Empower team members

Empower team members

The biggest and most thorough collection of eLearning articles. Anything you need to know for eLearning, written by the top eLearning experts worldwide.

The biggest and most thorough collection of eLearning articles. Anything you need to know for eLearning, written by the top eLearning experts worldwide.

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Constraints Don't demonise employees who raises problems

Constraints Don't demonise employees who raises problems

So we all know a person such as this at work: the disruptor in finance or marketing, accounts who always asks the tough questions. The questions that make you squirm in your seat. Often with a blunt directness that makes the squirm worse. 

 

The one who is a dissident voice. Difficult. Disagreeable. Challenging. Agitators. Even annoying at times. Someone who operates in a dissident fashion who is critical of many things in the company. 

 

How are these problem identifiers seen in your company? Troublemakers? Purely as a necessary evil to bear or as someone who in fact adds value on another side of the food chain? Is this seen as a normal input or is it viewed in your organisation as a negative that someone, somewhere is going to have to deal with sooner or later? “We’ll talk to Mavis about this. How can she say that when we’ve all worked so hard on this project?” 

 

How many superb ideas were sprung exactly due to the fact that the owners of these thoughts were people who saw things from a different perspective? Or is there still more room for improvement on the new innovation?

 

There surely cannot be any growth in the short and long term without there being the Mavis’ of the world, or the Einsteins, the Bell’s and the Jobs’.

 

Those who question. Those who probe. Who raise problems. Those who interrogate, push and prod at problems. Those who almost disturb the mindset. Blow apart assumptions and shatter attachments.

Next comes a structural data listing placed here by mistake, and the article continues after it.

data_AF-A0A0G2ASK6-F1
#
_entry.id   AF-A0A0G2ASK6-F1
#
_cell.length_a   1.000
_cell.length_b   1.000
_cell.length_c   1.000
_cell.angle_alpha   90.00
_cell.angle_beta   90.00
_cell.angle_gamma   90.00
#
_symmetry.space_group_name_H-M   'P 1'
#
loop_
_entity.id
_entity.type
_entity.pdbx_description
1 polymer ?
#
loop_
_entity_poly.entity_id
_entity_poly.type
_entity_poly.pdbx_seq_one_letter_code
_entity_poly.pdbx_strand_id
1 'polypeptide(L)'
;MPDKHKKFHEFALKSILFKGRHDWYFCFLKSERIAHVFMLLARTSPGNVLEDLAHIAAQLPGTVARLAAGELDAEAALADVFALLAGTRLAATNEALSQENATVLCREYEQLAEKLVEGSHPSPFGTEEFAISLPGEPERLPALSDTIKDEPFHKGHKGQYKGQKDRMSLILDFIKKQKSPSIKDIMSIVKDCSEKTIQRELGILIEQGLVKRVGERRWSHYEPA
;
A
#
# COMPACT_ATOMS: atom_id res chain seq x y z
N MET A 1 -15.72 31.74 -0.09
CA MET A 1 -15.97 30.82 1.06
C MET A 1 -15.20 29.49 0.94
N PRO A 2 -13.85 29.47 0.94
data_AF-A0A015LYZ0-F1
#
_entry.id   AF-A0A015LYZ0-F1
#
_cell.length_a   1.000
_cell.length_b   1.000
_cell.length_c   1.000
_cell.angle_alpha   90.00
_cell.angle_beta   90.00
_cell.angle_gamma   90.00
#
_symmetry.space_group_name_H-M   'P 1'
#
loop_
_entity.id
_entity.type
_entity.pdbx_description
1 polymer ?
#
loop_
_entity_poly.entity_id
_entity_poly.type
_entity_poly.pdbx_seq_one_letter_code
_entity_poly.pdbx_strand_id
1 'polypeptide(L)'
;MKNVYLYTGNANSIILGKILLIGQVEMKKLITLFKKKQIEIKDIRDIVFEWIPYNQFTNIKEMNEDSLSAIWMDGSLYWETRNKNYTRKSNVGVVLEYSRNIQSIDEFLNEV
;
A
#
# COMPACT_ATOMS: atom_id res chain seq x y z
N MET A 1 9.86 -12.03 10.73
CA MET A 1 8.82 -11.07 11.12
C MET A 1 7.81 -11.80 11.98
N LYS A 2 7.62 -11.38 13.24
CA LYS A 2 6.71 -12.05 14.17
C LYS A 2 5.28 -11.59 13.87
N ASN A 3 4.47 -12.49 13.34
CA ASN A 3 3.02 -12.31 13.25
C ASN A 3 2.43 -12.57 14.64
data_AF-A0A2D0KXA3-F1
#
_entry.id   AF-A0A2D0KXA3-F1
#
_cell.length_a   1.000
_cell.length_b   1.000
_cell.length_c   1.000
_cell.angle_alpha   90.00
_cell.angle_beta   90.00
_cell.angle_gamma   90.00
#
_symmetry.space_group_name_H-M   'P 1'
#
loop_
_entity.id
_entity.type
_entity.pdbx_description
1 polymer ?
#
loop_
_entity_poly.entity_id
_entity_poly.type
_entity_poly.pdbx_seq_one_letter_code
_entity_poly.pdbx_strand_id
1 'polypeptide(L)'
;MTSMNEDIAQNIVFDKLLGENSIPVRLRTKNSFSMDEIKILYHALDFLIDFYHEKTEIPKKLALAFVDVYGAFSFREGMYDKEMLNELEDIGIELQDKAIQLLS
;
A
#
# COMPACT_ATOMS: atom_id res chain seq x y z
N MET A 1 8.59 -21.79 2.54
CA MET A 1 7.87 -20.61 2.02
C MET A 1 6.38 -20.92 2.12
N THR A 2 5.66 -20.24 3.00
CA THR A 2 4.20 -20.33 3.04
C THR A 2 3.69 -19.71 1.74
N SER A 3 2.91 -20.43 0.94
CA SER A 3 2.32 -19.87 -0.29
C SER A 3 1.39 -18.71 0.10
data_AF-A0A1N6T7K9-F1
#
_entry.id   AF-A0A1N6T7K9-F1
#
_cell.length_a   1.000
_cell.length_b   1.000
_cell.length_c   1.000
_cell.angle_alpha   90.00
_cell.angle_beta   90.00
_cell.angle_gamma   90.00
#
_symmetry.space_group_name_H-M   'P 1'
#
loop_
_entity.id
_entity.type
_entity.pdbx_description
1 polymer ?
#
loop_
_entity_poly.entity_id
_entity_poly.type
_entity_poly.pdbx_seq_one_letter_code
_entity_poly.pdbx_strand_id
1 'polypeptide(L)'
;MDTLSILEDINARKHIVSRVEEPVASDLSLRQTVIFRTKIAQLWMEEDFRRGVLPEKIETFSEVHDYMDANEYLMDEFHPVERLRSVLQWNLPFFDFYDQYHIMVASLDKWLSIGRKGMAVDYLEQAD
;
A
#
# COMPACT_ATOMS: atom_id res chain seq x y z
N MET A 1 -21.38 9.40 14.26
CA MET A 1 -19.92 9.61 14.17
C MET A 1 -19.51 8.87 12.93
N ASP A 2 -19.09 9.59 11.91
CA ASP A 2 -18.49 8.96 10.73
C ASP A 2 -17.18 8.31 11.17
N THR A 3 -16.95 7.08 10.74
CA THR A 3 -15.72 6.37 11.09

Imagine for a second  - if you are not one of these people - do they sometimes feel as if they may undermine the boss and his decisions? That they might actually be irritating? Annoying or even seem to ask silly questions at times. If you see it from this perspective for a second or two you may realise that often these types of people are in fact very brave. They are inquisitive and push on regardless of what people may or may not think about them.   

 

People who operate like this often hold the key to growth, new thinking and innovation in companies. 

 

Yet, astoundingly in this day and age, some managers, business owners superiors and executives have a tendency to demonise these very employees. Very often the “problem-raisers” are seen as or accused of actually being the problem instead of firstly identifying the problem, raising it and then perhaps solving the problem once it is out in the open and can be discussed, dissected and eventually dispelled. They should be the critical focus through which you see your company, division or office…almost on a daily basis.

 

What is very clear in this scenario is that the leaders who dismiss or demonise the problem-solvers severely limit their organisation and it’s growth. It’s been proven over and over. Critical voices which are divergent are vitally necessary for innovation. Despite allegiances and  employees who “have always done it this way.” Those in charge need to lend an ear to every single idea, even if it seems totally contrary to proven, old and reliable ways of dong things. Or put another way counter-intuitively to what has been the accepted practise.